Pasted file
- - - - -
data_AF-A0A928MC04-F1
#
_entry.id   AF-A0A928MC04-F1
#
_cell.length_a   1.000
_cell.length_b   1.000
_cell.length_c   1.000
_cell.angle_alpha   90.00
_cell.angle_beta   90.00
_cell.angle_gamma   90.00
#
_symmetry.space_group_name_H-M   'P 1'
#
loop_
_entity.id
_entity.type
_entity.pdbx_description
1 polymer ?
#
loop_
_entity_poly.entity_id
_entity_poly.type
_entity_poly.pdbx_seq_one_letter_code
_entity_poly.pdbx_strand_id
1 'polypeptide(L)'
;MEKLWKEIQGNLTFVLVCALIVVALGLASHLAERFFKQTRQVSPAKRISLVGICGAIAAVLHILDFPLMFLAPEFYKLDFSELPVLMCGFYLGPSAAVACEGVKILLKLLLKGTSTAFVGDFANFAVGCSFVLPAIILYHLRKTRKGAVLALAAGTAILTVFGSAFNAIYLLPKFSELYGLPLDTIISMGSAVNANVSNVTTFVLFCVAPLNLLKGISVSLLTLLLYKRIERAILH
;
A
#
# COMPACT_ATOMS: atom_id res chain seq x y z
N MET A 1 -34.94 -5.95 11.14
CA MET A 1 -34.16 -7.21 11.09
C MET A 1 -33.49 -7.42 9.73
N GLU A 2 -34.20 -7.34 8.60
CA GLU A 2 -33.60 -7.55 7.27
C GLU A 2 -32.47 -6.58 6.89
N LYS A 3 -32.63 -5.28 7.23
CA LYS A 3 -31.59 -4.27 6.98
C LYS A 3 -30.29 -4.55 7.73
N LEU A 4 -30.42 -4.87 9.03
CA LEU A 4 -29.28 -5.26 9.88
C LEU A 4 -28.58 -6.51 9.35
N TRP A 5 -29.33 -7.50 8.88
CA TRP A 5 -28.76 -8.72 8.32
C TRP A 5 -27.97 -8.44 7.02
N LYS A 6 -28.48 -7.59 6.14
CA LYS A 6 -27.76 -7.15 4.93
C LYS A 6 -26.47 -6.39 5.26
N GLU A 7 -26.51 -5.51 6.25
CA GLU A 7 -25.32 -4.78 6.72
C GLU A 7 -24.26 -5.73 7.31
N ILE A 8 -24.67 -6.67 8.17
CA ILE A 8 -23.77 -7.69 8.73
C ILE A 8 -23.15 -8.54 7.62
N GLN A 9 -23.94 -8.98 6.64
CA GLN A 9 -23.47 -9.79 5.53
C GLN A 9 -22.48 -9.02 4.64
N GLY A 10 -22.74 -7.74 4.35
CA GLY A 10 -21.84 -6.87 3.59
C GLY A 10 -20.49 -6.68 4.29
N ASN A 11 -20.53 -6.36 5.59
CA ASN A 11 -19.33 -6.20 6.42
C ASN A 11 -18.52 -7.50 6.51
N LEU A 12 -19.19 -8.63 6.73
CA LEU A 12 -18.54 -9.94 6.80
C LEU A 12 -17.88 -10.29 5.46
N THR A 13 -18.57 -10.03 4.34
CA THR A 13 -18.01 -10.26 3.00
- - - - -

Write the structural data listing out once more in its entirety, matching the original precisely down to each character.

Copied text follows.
data_AF-A0A928MC04-F1
#
_entry.id   AF-A0A928MC04-F1
#
_cell.length_a   1.000
_cell.length_b   1.000
_cell.length_c   1.000
_cell.angle_alpha   90.00
_cell.angle_beta   90.00
_cell.angle_gamma   90.00
#
_symmetry.space_group_name_H-M   'P 1'
#
loop_
_entity.id
_entity.type
_entity.pdbx_description
1 polymer ?
#
loop_
_entity_poly.entity_id
_entity_poly.type
_entity_poly.pdbx_seq_one_letter_code
_entity_poly.pdbx_strand_id
1 'polypeptide(L)'
;MEKLWKEIQGNLTFVLVCALIVVALGLASHLAERFFKQTRQVSPAKRISLVGICGAIAAVLHILDFPLMFLAPEFYKLDFSELPVLMCGFYLGPSAAVACEGVKILLKLLLKGTSTAFVGDFANFAVGCSFVLPAIILYHLRKTRKGAVLALAAGTAILTVFGSAFNAIYLLPKFSELYGLPLDTIISMGSAVNANVSNVTTFVLFCVAPLNLLKGISVSLLTLLLYKRIERAILH
;
A
#
# COMPACT_ATOMS: atom_id res chain seq x y z
N MET A 1 -34.94 -5.95 11.14
CA MET A 1 -34.16 -7.21 11.09
C MET A 1 -33.49 -7.42 9.73
N GLU A 2 -34.20 -7.34 8.60
CA GLU A 2 -33.60 -7.55 7.27
C GLU A 2 -32.47 -6.58 6.89
N LYS A 3 -32.63 -5.28 7.23
CA LYS A 3 -31.59 -4.27 6.98
C LYS A 3 -30.29 -4.55 7.73
N LEU A 4 -30.42 -4.87 9.03
CA LEU A 4 -29.28 -5.26 9.88
C LEU A 4 -28.58 -6.51 9.35
N TRP A 5 -29.33 -7.50 8.88
CA TRP A 5 -28.76 -8.72 8.32
C TRP A 5 -27.97 -8.44 7.02
N LYS A 6 -28.48 -7.59 6.14
CA LYS A 6 -27.76 -7.15 4.93
C LYS A 6 -26.47 -6.39 5.26
N GLU A 7 -26.51 -5.51 6.25
CA GLU A 7 -25.32 -4.78 6.72
C GLU A 7 -24.26 -5.73 7.31
N ILE A 8 -24.67 -6.67 8.17
CA ILE A 8 -23.77 -7.69 8.73
C ILE A 8 -23.15 -8.54 7.62
N GLN A 9 -23.94 -8.98 6.64
CA GLN A 9 -23.47 -9.79 5.53
C GLN A 9 -22.48 -9.02 4.64
N GLY A 10 -22.74 -7.74 4.35
CA GLY A 10 -21.84 -6.87 3.59
C GLY A 10 -20.49 -6.68 4.29
N ASN A 11 -20.53 -6.36 5.59
CA ASN A 11 -19.33 -6.20 6.42
C ASN A 11 -18.52 -7.50 6.51
N LEU A 12 -19.19 -8.63 6.73
CA LEU A 12 -18.54 -9.94 6.80
C LEU A 12 -17.88 -10.29 5.46
N THR A 13 -18.57 -10.03 4.34
CA THR A 13 -18.01 -10.26 3.00